Table 2 Bivariate analysis of the relation of basic, underlying, and proximal factors with CAS (Weighted N = 2902)

Prevalence of CAS

Overall, 72 and 32.6% of children were anemic and stunted, respectively. The overall prevalence of CAS was 23.9%. CAS prevalence among urban and rural children was 16.1 and 25.0%, respectively. Among boys and girls, the prevalence was 21.2 and 20.1%, respectively. The age-specific estimates were 12.1 and 25.4% in those aged under 12 months and above 12 months, respectively. The prevalence of CAS by other maternal and child characteristics is shown in Table 2.

Factors associated with CAS

Results of the bivariate analyses of the basic, underlying, and proximal variables with CAS are shown in Table 2. These estimates were, however, crude and less informative, i.e. not adjusted for any covariate. The co-variate adjusted estimates, i.e. based on the hierarchical regression analyses, are presented in Table 3. Rural residence was associated with a significantly higher odds of CAS (AOR = 1.29, 95%CI = 1.18–1.41, P < 0.001), compared to urban residence. The odds of CAS was significantly higher in children of low household wealth category, compared to children of high household wealth category (AOR = 1.91, 95%CI = 1.53–2.39, P < 0.01). Compared to children of caregivers with secondary+ education level, the odds of CAS was 2.14 times higher in children of caregivers with no education (95%CI = 1.33–3.44, P < 0.01) and 2.38 times higher in children of caregivers with only primary education (95%CI = 1.47–3.86, P < 0.01). In boys, the likelihood of CAS was 1.25 times that of girls (95%CI = 1.04–1.50, P = 0.015). Above 12 months of age was significantly associated with a higher odds of CAS, compared to below 12 months of age (AOR = 1.65, 95%CI = 1.57–1.73, P < 0.001). Small birth size was significantly associated with a higher odds of CAS, compared to large birth size (AOR = 1.99, 95%CI = 1.58–2.51, P < 0.001). Infection was linked to a marginally higher odds of CAS (AOR = 1.14, 95%CI = 1.00–1.30, P = 0.048).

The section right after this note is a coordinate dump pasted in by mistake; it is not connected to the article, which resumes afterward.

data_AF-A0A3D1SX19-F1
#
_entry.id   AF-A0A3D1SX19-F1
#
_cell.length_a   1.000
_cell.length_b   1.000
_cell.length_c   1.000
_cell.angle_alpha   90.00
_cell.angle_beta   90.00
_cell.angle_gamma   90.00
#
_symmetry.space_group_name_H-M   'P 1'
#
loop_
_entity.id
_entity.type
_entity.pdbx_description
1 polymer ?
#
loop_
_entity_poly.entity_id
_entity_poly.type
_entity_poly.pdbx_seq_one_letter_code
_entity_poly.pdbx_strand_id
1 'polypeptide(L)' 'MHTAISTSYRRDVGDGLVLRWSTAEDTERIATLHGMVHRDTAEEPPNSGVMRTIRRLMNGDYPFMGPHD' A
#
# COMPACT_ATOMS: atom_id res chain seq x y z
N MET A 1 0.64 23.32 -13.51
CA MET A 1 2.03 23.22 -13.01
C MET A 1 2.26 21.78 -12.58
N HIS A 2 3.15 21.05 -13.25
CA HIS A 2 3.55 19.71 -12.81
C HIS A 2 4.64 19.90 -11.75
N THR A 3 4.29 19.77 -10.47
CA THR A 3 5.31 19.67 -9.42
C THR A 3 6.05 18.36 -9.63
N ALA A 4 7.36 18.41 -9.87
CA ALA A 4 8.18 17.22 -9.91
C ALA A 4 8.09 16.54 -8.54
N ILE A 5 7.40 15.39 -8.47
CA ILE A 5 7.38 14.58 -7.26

Table 3 Hierarchical multiple logistic regression analysis of the relation of basic, underlying, and proximal factors with CAS

Children who did not take vitamin A supplement within the previous six months had a higher odds of CAS, compared to those who took (AOR = 1.19, 95%CI = 1.06–1.1.33, P = 0.003). The odds of CAS was also significantly higher in children who did not receive VARFV, compared to those who received (AOR = 1.15, 95%CI = 1.04–1.27, P = 0.006). The odds of CAS related to no meat consumption was 1.55 times higher compared to its consumption (95%CI = 1.17–2.05, P = 0.002). The odds of CAS related with no legumes consumption was 1.38 times, higher compared to its consumption (95%CI = 1.05–1.81, P = 0.021). Meal frequency was also significantly associated with CAS, such that the odds of CAS was 1.22 times higher in those who didn’t meet MMF, compared to those who meet it (95%CI = 1.04–1.37, P = 0.020).


This was the first study aimed to determine the prevalence of CAS, and its multilevel associated factors, among infants and young children in Ethiopia. The work provided evidence that there was a high level of anemia and stunting co-occurrence in Ethiopia, with almost a quarter of the children affected. We found CAS linked to various multiple-level influences. The distal factors associated with higher odds of CAS were living in rural areas, low household wealth, and low caregivers’ educational level. The proximal factors found associated with higher odds of CAS were male sex, age above 12 months, small birth size, no vitamin A supplement use, no consumption of vitamin A rich food items, meat and legumes, and low meal frequency.